Mr. Amin (in black cap) and Rizki on a mutual partnership (Photo credit: Kukuh Bhimo Nugroho)

Mr. Amin is fully aware that his traditional pesantren needs someone outside the organization to help 340 male and female students undertake business ventures. With Rizki's experience and competence, the students will be able to learn how to run a business including risk management. Since then has he become an unofficial consultant for Fathul Ulum students who gained valuable insight and important lessons about tenacity and integrity.  

Rizki pointed out that there are numerous pesantrens in Indonesia, and Jombang in particular, so we have ample opportunity to promote farmer regeneration. Each region across the archipelago has enormous potential for economic development. That being the case, students in those pesantrens need to be encouraged to cultivate local resources while strengthening agricultural concepts in a more systematic way.

The synergy between Rizki and Mr. Amin has led them to a fulfilling reward. The pesantren located in Puton, Diwek sub-district was initiated into a program called Desa Sejahtera Astra (Astra Prosperous Villages). Abbreviated as DSA, this initiative manifests a sustainable program under the auspices of PT Astra International, Tbk. Part of the company's CSR, the DSA program aims to advance four main pillars, including Astra Sehat (health), Astra Hijau (environment), Astra Cerdas (education), and Astra Kreatif (entrepreneurship). Villages and communities alike can expect to be prosperous in the DSA, just like Pondok Fathul Ulum.

On Integrated Farming System

While it was not anticipated, the santripreneur and pesantrenpreneur program has also scored a meaningful success when Fathul Ulum won third place in the 2019 KBANNOVATION that adopted ”Inovasi Kita, Inspirasi Negeri” (Our Innovation Inspires the Nation) as the theme.

With every progress they make, Rizki got even more committed to devising a concept of santripreneur and pesantrenpreneur to make the students embrace entrepreneurial skills and the pesantren be economically empowered. More to the point, Rizki made it clear to include sociopreneurs in the program with hopes that students' business activities will benefit people living in the immediate vicinity of the pesantren

That is what sparked the making of a business group named Kelompok Santri Tani Milenial (KTSM) in Fathul Ulum. In conjunction with the pesantren, Rizki has been determined to launch a program of eco-friendly farming known as the Integrated Farming System/IFS). In this system, KTSM combines agriculture, fishery, husbandry, and the environment. 

Producing organic fertilizers means saving money and making soil healthy. (Photo credit: Kukuh Bhimo Nugroho)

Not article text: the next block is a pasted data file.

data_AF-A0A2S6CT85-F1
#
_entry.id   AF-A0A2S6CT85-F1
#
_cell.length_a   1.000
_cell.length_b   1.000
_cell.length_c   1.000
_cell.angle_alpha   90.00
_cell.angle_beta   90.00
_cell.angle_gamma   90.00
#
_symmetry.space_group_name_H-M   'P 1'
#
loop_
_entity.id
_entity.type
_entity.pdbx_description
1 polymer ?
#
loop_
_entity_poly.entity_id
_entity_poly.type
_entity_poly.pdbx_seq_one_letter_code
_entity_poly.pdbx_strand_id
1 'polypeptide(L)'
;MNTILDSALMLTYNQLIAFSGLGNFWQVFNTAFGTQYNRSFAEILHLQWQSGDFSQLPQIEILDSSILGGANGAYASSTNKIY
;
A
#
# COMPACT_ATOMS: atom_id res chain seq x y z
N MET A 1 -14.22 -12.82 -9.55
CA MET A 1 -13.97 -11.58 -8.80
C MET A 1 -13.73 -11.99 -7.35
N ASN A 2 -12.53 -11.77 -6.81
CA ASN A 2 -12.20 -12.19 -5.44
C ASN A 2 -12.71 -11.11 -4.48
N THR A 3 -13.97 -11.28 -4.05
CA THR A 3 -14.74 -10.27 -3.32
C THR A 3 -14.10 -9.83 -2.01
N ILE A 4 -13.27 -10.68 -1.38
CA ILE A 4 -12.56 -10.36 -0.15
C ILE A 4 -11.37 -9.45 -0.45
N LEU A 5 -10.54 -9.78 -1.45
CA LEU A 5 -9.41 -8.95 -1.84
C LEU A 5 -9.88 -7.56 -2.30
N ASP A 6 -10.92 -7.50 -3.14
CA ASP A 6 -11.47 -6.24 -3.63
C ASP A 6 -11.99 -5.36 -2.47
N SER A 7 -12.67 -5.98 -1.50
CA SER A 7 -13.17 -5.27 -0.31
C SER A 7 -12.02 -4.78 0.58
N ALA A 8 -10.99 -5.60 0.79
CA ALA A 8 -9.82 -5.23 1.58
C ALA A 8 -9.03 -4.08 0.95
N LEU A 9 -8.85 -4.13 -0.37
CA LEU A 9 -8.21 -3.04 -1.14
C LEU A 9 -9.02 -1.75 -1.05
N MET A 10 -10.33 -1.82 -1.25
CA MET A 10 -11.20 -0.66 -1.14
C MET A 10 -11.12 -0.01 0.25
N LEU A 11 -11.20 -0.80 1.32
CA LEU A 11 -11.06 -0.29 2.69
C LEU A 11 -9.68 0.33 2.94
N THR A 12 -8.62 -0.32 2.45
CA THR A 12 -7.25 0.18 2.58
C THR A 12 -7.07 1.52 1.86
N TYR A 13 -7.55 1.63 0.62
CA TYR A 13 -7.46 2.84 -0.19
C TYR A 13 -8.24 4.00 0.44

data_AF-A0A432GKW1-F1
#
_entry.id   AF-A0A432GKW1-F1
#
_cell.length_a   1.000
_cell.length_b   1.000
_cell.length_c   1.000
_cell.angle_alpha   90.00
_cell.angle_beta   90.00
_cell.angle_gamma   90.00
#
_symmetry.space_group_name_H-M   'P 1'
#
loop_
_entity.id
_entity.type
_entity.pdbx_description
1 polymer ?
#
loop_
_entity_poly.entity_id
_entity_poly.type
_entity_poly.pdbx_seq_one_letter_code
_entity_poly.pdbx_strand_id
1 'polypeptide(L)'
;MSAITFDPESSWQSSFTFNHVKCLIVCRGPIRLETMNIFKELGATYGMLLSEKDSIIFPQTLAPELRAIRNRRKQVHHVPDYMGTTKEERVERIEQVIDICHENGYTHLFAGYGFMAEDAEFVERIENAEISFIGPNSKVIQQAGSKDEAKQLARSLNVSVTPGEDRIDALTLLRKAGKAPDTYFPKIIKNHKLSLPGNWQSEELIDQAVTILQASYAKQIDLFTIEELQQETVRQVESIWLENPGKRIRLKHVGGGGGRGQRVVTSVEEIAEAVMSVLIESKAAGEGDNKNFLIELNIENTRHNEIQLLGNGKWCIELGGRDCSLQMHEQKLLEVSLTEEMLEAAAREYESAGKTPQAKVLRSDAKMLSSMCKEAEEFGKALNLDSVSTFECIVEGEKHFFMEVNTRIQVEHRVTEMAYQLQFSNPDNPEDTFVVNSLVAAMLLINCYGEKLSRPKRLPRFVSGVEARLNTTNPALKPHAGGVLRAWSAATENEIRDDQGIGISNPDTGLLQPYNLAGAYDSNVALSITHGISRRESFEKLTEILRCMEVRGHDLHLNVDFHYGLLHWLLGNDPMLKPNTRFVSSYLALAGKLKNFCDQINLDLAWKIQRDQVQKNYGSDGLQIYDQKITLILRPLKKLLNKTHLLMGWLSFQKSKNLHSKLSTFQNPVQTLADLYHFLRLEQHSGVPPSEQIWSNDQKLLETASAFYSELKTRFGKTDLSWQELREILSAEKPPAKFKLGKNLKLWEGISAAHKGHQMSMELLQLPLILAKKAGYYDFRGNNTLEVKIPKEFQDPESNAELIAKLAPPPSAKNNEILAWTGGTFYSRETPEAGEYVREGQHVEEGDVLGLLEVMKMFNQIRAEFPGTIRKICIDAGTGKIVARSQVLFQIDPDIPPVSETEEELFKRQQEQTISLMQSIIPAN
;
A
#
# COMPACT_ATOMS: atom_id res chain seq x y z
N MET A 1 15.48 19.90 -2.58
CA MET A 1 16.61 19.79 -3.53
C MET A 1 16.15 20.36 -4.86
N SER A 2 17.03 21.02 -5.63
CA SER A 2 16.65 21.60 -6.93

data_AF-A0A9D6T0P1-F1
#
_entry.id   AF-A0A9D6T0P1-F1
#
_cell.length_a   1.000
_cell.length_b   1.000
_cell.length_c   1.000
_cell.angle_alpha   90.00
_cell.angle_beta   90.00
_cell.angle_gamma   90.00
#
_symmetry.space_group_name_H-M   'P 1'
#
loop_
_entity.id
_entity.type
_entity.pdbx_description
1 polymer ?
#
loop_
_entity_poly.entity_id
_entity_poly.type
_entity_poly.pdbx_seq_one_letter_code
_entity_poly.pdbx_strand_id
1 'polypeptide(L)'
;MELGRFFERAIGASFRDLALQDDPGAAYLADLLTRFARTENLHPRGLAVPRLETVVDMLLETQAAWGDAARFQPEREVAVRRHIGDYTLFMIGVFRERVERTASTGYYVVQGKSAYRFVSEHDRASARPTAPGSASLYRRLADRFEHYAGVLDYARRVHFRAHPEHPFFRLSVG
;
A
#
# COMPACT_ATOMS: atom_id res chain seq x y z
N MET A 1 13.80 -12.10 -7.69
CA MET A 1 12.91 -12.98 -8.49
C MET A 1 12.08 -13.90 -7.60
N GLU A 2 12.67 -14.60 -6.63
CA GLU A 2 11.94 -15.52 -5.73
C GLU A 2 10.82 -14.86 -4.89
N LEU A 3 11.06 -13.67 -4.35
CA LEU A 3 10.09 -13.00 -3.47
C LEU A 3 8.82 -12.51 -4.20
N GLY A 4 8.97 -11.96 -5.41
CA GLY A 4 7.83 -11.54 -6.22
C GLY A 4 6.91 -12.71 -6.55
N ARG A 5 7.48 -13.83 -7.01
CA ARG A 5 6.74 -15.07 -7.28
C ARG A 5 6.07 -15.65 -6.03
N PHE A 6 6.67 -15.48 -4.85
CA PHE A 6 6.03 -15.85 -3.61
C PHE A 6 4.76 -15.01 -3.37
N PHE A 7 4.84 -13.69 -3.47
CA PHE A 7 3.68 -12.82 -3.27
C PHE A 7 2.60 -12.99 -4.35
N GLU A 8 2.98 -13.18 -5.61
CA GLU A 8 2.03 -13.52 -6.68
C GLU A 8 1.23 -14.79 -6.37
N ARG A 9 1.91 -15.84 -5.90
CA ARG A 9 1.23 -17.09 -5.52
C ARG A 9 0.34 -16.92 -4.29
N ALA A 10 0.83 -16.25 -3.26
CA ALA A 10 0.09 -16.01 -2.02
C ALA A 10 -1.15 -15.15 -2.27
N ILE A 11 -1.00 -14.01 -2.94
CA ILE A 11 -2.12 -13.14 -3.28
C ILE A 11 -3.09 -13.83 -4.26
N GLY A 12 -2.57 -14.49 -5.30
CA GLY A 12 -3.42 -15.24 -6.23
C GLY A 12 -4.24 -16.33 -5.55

For instance, waste from the catfish ponds is channeled to fertilize the plants they grow. In addition, they chop sorghum stalks to feed the livestock. This waste processing provides valuable benefits in terms of environmental care and economic empowerment. Not only are organic fertilizers and manure good for the soil, but also save money hence supporting the pesantren's financial independence.

Continuous support

With an area of 2,5 hectares, the pesantren allows the students to currently raise 250 broiler ducks, 30 goats, 16 beef cattle, and a variety of fish in 40 biofloc ponds. Some santris also grow tomatoes, chilies, eggplants, cabbage, durian and sengon nurseries. They normally work two hours in the morning before the class and two more hours in the afternoon. This way they learn the habit of working in addition to religious studies. 

Finally, when they graduate one day, they will receive some money to aid their business venture. Whatever business they may embark on, the KSTM will fully support them financially and provide them with the necessary skills. Rizki and Mr. Amin would like to see santris reigning to society with economic independence, not the other way around. 

Being economically productive is good for santris. (Photo credit: Ponpes Fathul Ulum)

They must develop self-confidence and self-worth as proud santris who can contribute spiritually and economically to the society where they live. Mr. Amin feels obliged to ensure that his students are economically independent so that they would not trade their teaching or preaching for money. Getting paid for what they teach or preach is fine, but charging particular rates for any religious service would be abominable.

From Rizki Hamdani we learn that students in pesantren do not necessarily end up a burden to their parents when returning home and focusing only on teaching Islamic values to the society. They have the same privilege to thrive financially from any business enterprises they have undertaken since their stay in the boarding school. Rizki has also taught us that farming is still promising and that local treasures, such as sorghum, can help us sustain today's life and assure food security in the future for our beloved Indonesia.